I had the great pleasure of seeing a lecture by Ralph Gibson, a photography giant known for his books like The Somnambulist. The talk was organized by Tucson's premiere fine art photography gallery, Etherton, currently exhibiting his work, and hosted by the Center for Creative Photography.
Gibson was a very insightful speaker, and gave an engaging overview of his career. He studied photography in the navy after dropping out of high school. It was while he was on a ship that he realized photography was a"vocation bestowed on me."
I had many takeaways from his talk. One of his pieces of advice was to photograph everything. He did street photography, abstraction, nudes, and Surrealism. In discussing each of his projects, he was humble and honest; he described The Strip, a documentation of Sunset Boulevard--done in the gritty style of Robert Frank's The Americans--as "neither good nor bad, just where I was at the time." Is it possible to be a good at everything though? I was not a big fan of his guitar book Light Strings. Despite covering a wide range of subjects, he believes that "every image taken is part of a larger whole." Also, one's act of perceiving should ultimately be the subject of the photograph.
Looking happy, but I would have preferred The Somnabulist to larger-than-life bosoms!
At Etherton Gallery, his large scale nudes and newer vertical diptychs "Political Abstractions" were presented. Each piece is composed of two vertical color pictures, juxtaposing subject matter united by geometry or shape. Gibson mentioned that most images are horizontal in our world, unless you close one eye. This may have been one reason for this series' orientation.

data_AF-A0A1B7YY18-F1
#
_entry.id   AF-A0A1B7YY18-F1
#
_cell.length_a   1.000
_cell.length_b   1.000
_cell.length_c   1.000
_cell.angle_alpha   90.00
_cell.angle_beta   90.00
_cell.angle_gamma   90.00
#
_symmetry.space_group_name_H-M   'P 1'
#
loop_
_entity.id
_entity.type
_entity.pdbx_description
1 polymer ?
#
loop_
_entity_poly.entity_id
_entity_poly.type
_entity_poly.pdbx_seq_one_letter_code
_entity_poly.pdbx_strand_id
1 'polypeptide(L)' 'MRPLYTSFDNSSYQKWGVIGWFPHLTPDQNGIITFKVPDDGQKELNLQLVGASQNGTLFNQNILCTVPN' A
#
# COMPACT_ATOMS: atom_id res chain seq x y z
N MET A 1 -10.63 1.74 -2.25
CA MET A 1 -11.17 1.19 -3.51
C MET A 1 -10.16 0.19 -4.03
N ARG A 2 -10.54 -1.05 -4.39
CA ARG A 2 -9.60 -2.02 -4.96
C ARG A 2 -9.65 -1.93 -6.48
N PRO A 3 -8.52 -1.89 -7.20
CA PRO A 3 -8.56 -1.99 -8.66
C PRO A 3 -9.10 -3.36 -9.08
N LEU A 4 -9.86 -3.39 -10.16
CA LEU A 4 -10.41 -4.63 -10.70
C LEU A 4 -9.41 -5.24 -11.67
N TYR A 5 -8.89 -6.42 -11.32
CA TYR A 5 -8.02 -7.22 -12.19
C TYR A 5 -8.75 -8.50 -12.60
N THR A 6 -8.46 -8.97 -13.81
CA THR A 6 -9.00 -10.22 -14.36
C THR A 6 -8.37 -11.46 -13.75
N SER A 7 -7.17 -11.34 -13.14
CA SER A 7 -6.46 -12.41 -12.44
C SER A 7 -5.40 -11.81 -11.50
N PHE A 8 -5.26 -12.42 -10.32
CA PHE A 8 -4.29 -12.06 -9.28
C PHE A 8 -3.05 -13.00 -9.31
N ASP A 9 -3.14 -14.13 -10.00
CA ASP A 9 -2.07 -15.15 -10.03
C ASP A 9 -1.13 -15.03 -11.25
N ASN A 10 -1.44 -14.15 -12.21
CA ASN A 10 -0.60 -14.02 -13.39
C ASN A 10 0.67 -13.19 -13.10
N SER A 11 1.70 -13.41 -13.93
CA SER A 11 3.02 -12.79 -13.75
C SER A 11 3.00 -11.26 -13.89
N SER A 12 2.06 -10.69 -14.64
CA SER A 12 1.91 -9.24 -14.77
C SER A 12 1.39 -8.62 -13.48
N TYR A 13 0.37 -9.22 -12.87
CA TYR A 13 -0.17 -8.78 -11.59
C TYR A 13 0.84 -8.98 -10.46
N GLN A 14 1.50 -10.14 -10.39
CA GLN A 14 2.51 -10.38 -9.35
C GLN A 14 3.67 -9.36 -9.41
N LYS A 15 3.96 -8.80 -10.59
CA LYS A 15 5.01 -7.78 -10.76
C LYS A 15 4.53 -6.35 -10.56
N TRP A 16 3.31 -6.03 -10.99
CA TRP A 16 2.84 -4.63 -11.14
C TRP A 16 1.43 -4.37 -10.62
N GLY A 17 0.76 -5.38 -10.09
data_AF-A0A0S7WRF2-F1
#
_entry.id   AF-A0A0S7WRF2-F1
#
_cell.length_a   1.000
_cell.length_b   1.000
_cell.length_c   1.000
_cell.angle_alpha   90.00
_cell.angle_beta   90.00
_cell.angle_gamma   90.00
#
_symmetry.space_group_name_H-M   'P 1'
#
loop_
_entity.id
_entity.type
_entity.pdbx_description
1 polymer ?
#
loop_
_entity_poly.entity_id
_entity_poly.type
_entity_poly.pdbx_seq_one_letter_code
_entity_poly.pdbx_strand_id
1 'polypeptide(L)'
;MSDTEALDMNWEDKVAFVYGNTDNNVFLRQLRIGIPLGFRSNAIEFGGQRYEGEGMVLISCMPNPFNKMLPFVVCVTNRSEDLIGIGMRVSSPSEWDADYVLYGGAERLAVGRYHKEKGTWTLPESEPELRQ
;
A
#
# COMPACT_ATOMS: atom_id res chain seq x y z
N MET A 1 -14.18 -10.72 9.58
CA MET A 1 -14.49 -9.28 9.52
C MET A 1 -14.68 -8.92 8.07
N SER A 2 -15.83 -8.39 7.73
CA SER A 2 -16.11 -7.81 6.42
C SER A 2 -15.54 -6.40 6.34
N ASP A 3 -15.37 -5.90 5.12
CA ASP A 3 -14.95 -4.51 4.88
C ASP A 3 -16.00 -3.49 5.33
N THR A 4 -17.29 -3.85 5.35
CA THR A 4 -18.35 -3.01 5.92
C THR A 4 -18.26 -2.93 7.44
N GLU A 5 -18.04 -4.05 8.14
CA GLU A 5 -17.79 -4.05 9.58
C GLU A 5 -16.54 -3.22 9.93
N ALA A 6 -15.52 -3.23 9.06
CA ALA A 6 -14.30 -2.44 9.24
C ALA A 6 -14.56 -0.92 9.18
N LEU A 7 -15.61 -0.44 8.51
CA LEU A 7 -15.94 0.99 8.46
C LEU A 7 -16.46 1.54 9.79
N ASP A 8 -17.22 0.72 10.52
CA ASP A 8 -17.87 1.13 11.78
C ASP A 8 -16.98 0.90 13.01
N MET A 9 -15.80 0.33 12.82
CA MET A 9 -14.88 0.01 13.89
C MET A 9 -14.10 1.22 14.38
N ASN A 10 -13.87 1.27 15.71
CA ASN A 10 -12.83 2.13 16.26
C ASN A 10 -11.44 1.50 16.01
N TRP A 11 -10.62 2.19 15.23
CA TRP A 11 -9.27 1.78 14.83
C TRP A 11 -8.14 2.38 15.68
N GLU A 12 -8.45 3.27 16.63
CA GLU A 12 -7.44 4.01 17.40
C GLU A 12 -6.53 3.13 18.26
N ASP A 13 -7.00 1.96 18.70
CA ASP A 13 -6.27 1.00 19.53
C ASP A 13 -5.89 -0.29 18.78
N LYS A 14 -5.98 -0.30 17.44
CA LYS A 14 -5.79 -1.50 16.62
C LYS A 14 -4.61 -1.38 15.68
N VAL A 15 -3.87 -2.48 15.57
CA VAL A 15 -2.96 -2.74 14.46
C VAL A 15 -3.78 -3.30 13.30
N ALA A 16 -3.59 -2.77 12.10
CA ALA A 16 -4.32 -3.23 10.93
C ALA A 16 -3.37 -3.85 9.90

"Political Abstractions" were taken after he embraced digital. At the lecture--as usual--an older member of the audience asked him for his opinion on the newer medium. Gibson compared digital photography to "being able to curl a thousand pounds with one arm." Also, he believes that good photographers look better with the plethora of amateur images out there, and that visual literacy is more important these days. It was refreshing to hear this!
Gibson is very insightful, and I look forward to more of his voice in his coming autobiography, False Emotions. Its title is a reference to the low and high feelings conjured by critics, which don't count for much at the end of the day. He reminded us that art is an autonomous process--it is just "you and it."